My brother Daniel

By Beth Puckett

If you visit Petersfield High Street this Easter, don’t forget to keep your eye out for socks!

Bethany Puckett, who works at Mackarness and Lunt Solicitors, has arranged a special Sock Treasure Hunt as a children’s activity this Easter holidays.

Why socks? Let Bethany explain…

I was six years old when my youngest brother Daniel was born. As Mum came towards the end of her pregnancy my excitement and anticipation was high. I was sandwiched between two brothers: one two years older than me, the other two years younger, and in my mind it was obvious—I was going to have a baby sister. How exciting! She would balance out the girl to boy ratio and I would get to enjoy girl-time with the new baby.

The day soon came when my parents headed off to hospital and then we heard the good news…Daniel was born! He wasn’t a girl, but it was still exciting.

Then we heard some more news. Daniel would need to stay in the hospital, in the Special Care Baby Unit (SCBU) for a while and wasn’t going to be coming home straightaway. Then my parents explained to me that Daniel had a genetic condition called Down’s syndrome.

My parents didn’t know Daniel had Down’s syndrome before he was born. Dad was the first in the family to find out. Dad spent some time with Daniel and then went to see Mum and told her the news. Daniel was a healthy baby. We are very grateful that Daniel, though he was fragile at the start, was blessed with good health.

I don’t ever remember Down’s syndrome being explained to me. The fact that Daniel had Down’s syndrome didn’t really hit me until I was ten years old when Daniel started attending the same mainstream school as I did. When I saw him with other kids his age I became aware of some differences. He had extra help in the classroom and made slower progress.

Nevertheless, he was like a rock star—everybody knew Daniel and he was never short of friends. His school mates never treated him any differently and his loving, happy nature was appreciated by everyone. People knew me and my family as “Daniel’s sister” or “Daniel’s Mum”.

Daniel struggles with his speech. He communicates in few words and short sentences. Daniel has some weaker muscle tone. This can make it more difficult for him to use his tongue to speak clearly, (but at the same time he has amazing flexibility and can naturally bring his foot up to his head and behind it!). He has moved to a special school where his speech has improved with dedicated help.

Daniel recently celebrated his 14th Birthday. Over the years a whole lot of “Daniel’ stories have circulated around our family and new stories are created each day:

A few years ago I went with Daniel on a kid’s boat ride. I had just got the boat up to full speed when, in a flash, Daniel removed the throttle knob and plunged it into the water. The boat was locked at full speed and I had to make a crash landing on a floating pier when our time was up. Our landing was so dramatic that all the boat ride staff had to get in on the action to bring calm to the over-revved boat. I was very embarrassed by all the additional attention, whilst Daniel thought nothing of it!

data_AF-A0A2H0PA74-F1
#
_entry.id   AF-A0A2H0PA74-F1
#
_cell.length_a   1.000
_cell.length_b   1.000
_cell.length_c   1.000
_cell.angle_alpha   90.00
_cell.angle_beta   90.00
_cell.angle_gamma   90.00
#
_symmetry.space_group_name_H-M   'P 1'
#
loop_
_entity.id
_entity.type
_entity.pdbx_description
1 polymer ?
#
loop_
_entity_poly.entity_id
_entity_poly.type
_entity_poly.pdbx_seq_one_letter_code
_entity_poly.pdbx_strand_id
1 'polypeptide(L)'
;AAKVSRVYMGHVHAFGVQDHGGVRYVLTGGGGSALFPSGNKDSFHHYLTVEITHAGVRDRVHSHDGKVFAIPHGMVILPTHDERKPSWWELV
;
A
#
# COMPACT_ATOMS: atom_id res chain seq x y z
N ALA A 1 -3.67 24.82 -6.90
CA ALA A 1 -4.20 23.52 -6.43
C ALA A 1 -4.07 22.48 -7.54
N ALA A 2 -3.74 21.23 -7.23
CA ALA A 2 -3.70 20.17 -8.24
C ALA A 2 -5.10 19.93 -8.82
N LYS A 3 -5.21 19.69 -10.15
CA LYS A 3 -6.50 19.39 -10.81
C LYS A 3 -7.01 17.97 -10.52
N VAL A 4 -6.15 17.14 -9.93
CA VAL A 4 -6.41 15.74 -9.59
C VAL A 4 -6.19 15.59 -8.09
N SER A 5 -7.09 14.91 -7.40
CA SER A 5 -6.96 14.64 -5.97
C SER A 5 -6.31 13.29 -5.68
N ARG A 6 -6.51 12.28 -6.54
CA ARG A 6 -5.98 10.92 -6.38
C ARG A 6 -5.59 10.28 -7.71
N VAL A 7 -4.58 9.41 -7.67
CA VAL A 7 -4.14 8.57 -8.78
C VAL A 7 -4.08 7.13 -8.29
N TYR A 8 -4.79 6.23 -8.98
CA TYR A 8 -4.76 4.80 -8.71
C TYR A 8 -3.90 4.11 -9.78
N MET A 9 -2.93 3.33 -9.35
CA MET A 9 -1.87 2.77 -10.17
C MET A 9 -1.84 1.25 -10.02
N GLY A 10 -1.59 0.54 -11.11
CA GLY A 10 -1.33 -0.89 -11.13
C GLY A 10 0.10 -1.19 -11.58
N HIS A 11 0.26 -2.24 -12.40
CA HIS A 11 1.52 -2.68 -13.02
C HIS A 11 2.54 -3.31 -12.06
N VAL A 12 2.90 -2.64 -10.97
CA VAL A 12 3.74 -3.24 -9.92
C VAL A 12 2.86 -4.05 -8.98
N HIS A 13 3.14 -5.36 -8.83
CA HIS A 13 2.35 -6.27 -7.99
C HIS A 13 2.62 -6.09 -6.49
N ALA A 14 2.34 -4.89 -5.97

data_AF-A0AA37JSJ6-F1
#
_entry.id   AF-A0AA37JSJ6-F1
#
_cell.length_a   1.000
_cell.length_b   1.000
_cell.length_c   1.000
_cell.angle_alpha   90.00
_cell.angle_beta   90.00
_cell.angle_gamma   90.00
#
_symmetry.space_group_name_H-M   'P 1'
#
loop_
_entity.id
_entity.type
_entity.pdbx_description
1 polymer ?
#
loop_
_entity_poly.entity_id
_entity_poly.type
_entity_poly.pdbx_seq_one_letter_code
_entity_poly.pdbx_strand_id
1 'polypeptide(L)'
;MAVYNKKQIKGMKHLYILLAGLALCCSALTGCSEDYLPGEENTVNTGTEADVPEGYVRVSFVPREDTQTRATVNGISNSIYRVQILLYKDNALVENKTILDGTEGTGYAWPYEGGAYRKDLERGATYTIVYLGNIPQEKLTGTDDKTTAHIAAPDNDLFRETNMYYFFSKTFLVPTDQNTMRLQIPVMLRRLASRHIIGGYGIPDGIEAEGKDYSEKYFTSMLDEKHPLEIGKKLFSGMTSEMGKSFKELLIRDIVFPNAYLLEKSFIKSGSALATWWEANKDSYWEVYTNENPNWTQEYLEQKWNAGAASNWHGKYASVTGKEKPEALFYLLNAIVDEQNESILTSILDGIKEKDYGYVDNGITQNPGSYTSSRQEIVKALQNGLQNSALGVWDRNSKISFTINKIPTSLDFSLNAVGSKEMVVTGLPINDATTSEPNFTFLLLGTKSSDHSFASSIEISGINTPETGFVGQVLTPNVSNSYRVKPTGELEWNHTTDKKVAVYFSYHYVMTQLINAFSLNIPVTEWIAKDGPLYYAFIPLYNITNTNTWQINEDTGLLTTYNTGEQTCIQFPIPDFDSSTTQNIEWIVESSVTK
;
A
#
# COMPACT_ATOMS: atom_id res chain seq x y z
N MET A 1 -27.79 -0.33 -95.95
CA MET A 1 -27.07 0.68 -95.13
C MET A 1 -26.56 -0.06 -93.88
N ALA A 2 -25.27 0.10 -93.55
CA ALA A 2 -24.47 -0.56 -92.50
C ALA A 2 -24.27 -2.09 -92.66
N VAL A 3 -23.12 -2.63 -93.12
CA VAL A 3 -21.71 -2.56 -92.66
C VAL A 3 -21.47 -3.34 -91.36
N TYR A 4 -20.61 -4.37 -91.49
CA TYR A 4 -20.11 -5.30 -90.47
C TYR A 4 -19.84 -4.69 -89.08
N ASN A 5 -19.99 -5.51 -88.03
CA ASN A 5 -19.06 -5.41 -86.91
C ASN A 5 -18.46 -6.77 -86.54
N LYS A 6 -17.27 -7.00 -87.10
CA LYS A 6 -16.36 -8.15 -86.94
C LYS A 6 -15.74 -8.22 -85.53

Daniel can be quite cheeky, particularly when in public, and usually manages to prompt a reaction, create a commotion or simply another embarrassing situation (just last week he nearly set my coat on fire after getting hold of a kitchen gas lighter!) The coat survived with a few melted patches and he got an important lesson in fire safety. There’s never a dull moment!

He can throw and kick a ball more accurately than anybody I know; he loves the Lion King and daily acts it out with his cast of stuffed animals; he puts large blobs of ketchup on nearly every kind of food; he sneaks down at night to play video games and sneaks back up before anyone notices; he will do something and, despite it obviously being his doing, will still have the nerve to blame someone else (even strangers). Most importantly of all, he’s my brother (should have been a sister) whom I cherish dearly.

I am concerned that a large number of people don’t really understand what the condition is and that some people maybe are even scared of it. People can feel uncertain and nervous when they meet someone who might be different to themselves.  When you meet someone for the first time, talk to them and get to know the person as you would with anyone else. Don’t be surprised when you find the experience is a rewarding one, leaving you with a reminder about what is really important in life. My brother Daniel has broadened my life perspective and given me a close-up and interactive appreciation of people with “special needs”.

Since 2006 World Down Syndrome Day has been celebrated on 21 March each year.

People around the world wear #LotsOfSocks…(official World Down Syndrome Day socks), brightly coloured socks, long socks, printed socks, one sock… even three socks for the three chromosomes. That’s why I have organised a Petersfield High Street Sock Treasure Hunt to raise awareness of Down’s syndrome.

Mackarness and Lunt Solicitors, where I work, have decided to support the Sock Hunt, and so we have made it a fun activity for children in the Easter holidays. I’ll be designing tailored made sock motifs for all the companies along the High Street to display.

You can begin your High Street Sock Treasure Hunt (for a small fee) at Mackarness and Lunt Solicitors (16 High Street, Petersfield, GU32 3JJ) between 10 – 14 April, from 10am to 3pm. Just keep an eye out for sock motifs and try to spot all those competing.

The money raised will go to the Down’s Syndrome Association.